The prevalence of malaria was attributed to Plasmodium falciparum parasite in the WHO African Region, accounting for 99.7 per cent of estimated malaria cases in 2018, as well as in the WHO South-East Asia Region (50 percent), the WHO Eastern Mediterranean Region (71 percent) and the WHO Western Pacific Region (65 percent).
The reports revealed that in 2018, an estimated 405,000 deaths were recorded from malaria globally, while children aged less than 5 years accounted for 67 percent (272,000) of all malaria deaths worldwide.
“Nearly 85 percent of global malaria deaths in 2018 were concentrated in 20 countries in the WHO African Region and India; Nigeria accounted for almost 24 percent of all global malaria deaths, followed by the Democratic Republic of the Congo (11 percent), the United Republic of Tanzania (5 percent), and Angola, Mozambique and Niger (4 percent each).
“In 2018, about 11 million pregnancies in moderate and high transmission sub-Saharan African countries would have been exposed to malaria infection. In 2018, the prevalence of exposure to malaria infection in pregnancy was highest in the West African subregion and Central Africa (each with 35 percent), followed by East and Southern Africa (20 percent). About 39 percent of these were in the Democratic Republic of the Congo and Nigeria.”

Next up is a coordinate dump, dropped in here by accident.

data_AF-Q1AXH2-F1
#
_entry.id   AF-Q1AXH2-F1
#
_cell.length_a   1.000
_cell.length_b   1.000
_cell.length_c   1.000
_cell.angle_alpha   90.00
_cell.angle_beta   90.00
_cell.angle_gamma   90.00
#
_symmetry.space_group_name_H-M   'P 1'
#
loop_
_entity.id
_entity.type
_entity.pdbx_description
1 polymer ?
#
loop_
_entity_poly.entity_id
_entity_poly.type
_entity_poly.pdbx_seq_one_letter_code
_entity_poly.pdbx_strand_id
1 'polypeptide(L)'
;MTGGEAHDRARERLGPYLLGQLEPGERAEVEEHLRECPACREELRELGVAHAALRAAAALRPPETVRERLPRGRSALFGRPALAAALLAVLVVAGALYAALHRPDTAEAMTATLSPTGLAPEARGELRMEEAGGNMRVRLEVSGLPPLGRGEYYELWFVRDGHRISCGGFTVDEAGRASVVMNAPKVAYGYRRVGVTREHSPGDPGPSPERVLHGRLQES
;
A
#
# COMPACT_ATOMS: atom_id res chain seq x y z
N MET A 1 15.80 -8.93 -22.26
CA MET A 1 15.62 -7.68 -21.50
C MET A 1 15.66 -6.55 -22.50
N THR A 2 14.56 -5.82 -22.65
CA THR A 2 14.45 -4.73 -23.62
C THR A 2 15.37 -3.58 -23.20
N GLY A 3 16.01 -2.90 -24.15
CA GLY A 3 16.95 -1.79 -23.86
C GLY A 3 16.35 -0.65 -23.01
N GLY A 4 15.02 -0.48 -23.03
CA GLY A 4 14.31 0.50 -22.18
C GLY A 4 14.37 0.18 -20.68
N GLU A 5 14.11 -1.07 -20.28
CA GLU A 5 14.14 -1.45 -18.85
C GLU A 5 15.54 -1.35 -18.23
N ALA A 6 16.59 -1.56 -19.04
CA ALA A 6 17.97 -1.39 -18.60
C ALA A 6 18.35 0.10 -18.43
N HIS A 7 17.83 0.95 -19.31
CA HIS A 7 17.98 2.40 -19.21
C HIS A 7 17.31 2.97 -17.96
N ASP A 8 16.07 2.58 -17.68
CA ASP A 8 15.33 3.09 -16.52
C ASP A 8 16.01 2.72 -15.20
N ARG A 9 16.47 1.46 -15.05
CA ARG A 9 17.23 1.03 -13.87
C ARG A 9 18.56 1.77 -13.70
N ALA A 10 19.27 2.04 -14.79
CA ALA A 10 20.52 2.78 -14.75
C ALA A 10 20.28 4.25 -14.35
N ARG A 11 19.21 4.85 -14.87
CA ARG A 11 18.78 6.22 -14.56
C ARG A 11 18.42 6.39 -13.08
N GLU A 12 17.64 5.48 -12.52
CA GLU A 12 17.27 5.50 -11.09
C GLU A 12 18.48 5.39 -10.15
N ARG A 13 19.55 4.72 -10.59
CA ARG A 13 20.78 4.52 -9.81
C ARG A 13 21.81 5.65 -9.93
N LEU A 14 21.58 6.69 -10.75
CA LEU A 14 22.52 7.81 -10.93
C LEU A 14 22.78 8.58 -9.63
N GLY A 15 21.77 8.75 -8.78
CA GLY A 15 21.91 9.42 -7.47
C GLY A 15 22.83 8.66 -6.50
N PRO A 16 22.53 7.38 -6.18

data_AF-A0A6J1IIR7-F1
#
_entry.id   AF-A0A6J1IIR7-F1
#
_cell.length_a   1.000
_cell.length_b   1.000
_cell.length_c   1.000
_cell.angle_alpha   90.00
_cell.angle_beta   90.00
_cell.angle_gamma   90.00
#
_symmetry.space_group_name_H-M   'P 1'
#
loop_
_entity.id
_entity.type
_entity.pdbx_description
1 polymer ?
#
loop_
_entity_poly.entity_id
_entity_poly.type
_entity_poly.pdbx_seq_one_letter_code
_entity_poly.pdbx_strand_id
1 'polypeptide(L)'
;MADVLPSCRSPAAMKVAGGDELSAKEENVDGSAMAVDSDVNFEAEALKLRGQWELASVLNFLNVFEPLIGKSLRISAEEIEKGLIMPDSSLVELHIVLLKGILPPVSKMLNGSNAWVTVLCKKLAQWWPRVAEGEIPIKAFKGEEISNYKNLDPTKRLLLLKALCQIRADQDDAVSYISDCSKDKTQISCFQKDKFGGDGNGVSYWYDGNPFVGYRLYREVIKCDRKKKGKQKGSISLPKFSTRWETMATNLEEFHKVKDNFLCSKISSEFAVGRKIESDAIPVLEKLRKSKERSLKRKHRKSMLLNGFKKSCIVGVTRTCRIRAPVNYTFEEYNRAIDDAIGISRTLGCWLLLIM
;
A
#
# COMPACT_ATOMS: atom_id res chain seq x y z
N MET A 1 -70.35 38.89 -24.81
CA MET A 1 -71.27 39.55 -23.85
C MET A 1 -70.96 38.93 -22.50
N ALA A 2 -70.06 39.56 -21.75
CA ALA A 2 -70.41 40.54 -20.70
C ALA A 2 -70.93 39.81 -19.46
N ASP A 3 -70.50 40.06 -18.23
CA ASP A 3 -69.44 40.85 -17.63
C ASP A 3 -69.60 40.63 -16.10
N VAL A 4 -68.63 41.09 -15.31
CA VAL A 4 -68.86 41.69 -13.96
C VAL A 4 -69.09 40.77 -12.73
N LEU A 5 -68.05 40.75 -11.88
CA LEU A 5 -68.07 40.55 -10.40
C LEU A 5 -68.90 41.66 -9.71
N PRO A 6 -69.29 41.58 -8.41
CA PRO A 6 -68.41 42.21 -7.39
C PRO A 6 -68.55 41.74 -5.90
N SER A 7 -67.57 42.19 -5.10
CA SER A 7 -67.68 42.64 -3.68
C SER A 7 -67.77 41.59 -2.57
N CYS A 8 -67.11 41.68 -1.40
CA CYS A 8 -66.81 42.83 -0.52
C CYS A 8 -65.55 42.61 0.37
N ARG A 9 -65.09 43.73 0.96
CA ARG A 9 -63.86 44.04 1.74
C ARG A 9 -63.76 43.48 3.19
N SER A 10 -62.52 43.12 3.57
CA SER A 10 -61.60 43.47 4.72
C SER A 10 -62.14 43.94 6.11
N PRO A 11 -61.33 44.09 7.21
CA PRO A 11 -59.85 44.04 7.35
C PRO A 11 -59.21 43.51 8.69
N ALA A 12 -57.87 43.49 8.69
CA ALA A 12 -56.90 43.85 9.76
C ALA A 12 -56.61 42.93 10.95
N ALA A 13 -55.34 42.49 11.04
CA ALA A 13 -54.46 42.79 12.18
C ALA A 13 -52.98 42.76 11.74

The report also revealed that 11 countries with a high burden to high impact rate recorded about 155 million malaria cases in 2018.
“Of the 10 highest-burden countries in Africa, Ghana and Nigeria reported the highest absolute increases in cases of malaria in 2018 compared with 2017. The burden in 2018 was similar to that of 2017 in all other countries, apart from in Uganda and India, where there were reported reductions of 1.5 and 2.6 million malaria cases, respectively, in 2018 compared with 2017.”
However, the report reflected some gains, stating that malaria deaths reduced from about 400,000 in 2010 to about 260,000 in 2018, the largest reduction being in Nigeria, from almost 153,000 deaths in 2010 to about 95,000 deaths in 2018.